Case Study On Managing A Company With John Thorntoncsinvesting
View the Town Hall Meeting At Barrick Gold
At our mid-year town hall, Barrick Executive Chairman John Thornton provided an update on the Company’s strategic framework and priorities. The discussion, summarized in a series of video clips below, covered seven core strategic dimensions of our business: our partnership culture; our decentralized business model; tier one and strategic assets; allocation of human and financial capital; operational excellence; growth; and China.
- Trust based: currency is transparency
- Belief that the whole greater than sum of the parts
- Individuals prefer to work in that culture
- Partnership culture is an ownership culture
- Financial and emotional
- External partnership an organic extension of internal, applies to all
- Maximize benefits, mitigate risks
Decentralized Business Model
- Most important: small, high-quality head office with specific functions
- Allocates human/financial capital, sets strategy, and holds people running businesses to account
- All else delegated to CEOs (General Managers + Executive Directors)
- CEOs empowered and accountable
- Nothing between head office and the business
Tier 1 and Strategic Assets
- Tier 1 asset is large, long-life, and low-cost
- Jurisdiction agnostic
- 500,000 ounces, >10 years, better half of cost curve
- Strategic asset: not tier 1 but has distinct long-term value
Capital Allocation: Human and Financial Human
- Assess talent rigorously on values (partnership, ownership & business model) and effectiveness (ability & record of execution)
- Marry person and position
- Superior per share returns over long-term — 10-15% ROIC through the cycle
- Investment hurdle rate of 15% @ $1,200/oz
- Allocation priorities balance between:
- Strong balance sheet
- Disciplined reinvestment in operations, organic growth and exploration
- Reliable dividend and buybacks
- Benchmark vs industry best-in-class, data driven
- Realize full potential of every asset in every respect
- Master technology
- This is the 21st century
- Growth equals free cash flow per share and margins, not ounces
- Preference for organic projects, geology led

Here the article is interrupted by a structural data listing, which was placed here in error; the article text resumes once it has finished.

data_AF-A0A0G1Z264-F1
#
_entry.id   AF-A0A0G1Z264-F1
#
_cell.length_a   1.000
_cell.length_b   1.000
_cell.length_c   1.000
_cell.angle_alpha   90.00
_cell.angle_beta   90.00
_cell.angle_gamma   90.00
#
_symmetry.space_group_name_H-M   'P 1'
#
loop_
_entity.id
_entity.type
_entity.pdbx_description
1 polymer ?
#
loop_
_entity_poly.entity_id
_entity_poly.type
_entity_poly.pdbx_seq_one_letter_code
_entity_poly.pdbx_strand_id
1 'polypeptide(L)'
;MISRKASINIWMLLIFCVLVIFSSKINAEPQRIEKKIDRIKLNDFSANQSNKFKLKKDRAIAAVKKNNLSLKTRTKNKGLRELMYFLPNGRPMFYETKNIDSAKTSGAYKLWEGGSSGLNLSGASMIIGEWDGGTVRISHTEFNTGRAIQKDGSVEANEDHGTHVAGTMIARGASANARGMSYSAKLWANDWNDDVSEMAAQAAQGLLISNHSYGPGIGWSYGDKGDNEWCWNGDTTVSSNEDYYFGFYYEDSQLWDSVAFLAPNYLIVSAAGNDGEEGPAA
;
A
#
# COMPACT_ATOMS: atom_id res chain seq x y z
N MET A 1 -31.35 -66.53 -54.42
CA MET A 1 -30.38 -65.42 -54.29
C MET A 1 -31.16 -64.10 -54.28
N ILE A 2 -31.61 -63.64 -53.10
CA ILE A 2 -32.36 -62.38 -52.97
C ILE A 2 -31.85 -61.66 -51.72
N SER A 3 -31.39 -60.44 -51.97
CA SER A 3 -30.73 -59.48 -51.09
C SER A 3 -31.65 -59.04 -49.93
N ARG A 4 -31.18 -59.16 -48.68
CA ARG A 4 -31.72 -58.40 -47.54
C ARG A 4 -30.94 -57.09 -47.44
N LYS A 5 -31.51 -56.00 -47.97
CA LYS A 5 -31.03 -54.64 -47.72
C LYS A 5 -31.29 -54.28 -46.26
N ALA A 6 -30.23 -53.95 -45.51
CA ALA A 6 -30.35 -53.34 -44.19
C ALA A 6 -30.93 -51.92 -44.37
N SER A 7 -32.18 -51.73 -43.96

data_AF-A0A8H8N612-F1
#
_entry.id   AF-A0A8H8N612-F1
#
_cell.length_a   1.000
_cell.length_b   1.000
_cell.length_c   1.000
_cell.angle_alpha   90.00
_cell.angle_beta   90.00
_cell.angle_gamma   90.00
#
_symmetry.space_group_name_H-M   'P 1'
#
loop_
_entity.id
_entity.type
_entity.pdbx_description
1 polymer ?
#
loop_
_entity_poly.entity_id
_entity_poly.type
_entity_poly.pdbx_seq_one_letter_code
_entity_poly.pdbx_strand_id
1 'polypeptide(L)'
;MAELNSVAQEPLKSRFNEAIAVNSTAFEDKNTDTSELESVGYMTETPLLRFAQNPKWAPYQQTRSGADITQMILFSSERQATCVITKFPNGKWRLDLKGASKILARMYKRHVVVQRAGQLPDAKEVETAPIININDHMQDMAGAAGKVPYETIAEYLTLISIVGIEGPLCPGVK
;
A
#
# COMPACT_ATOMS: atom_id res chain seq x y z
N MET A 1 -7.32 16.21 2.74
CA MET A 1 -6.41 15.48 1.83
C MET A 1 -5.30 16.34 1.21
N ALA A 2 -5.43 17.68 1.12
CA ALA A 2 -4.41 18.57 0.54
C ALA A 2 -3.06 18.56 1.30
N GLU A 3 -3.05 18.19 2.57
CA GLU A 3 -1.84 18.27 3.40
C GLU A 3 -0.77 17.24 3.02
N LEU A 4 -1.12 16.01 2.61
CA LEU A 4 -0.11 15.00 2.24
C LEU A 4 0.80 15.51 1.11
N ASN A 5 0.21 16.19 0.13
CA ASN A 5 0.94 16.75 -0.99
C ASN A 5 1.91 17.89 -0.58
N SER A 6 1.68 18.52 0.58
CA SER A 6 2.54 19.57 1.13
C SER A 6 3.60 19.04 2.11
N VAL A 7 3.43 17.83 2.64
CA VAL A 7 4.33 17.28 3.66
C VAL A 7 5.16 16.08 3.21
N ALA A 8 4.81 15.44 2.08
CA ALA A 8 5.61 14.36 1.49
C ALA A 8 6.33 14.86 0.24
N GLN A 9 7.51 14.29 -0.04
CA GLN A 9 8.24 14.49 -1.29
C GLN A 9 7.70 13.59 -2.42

- Consistent investment in exploration replenishes pipeline
- Acquisitions and divestments to upgrade quality, deliver strategic benefits
- Distinctive, strategic partnership for the 21st century
A very interesting presentation of how Barrick is planning its future.
I have often mention gold as a “Store of Value.” I never defined my terms.
I apologize. A better explanation by Keith Weiner of www.monetary-metals.com
Store of Value Fallacy
And this leads us to make one final, if tangential point. We often hear people talk about gold as a “store of value”. If you have a tank, that is a store of water. A grain silo is a store of wheat. In both cases, what is being stored is a quantity of a commodity. In this sense, a vault is a store of gold.
However, economic value—as we see above—is whatever the bidder is willing to pay. Gold’s moneyness does not come from it commanding the same amount of wheat today as it did last year or 2000 years ago. In fact, its purchasing power of wheat is not fixed. Over the last ten years, pricedingold.com shows that wheat has ranged from about 0.9 grams gold per bushel to 3.6g. The highest price during this time is 4X the lowest.
One reason for gold’s moneyness is that we value the next ounce of gold—the marginal ounce—the same as the last one. Proof of this extraordinary claim is observed in the extraordinary fact that virtually all gold ever mined in 5,000 years of human history is still in human hands. Gold is not produced to be consumed, but to be held. And we keep on producing, regardless of how much has already been produced.
In other words, we measure the value of gold like we measure the value of all other things in the economy—in gold. Gold does not have constant purchasing power (perhaps we should use scare quotes “purchasing power”). It has a constant price. The price of gold is always 1. This is not expressing a tautology. It is expressing that gold has constant marginal utility.
Gold is the steel meter stick of measuring economic values. Even if we climb in elevation (quantity) the meter (ounce) does not shrink.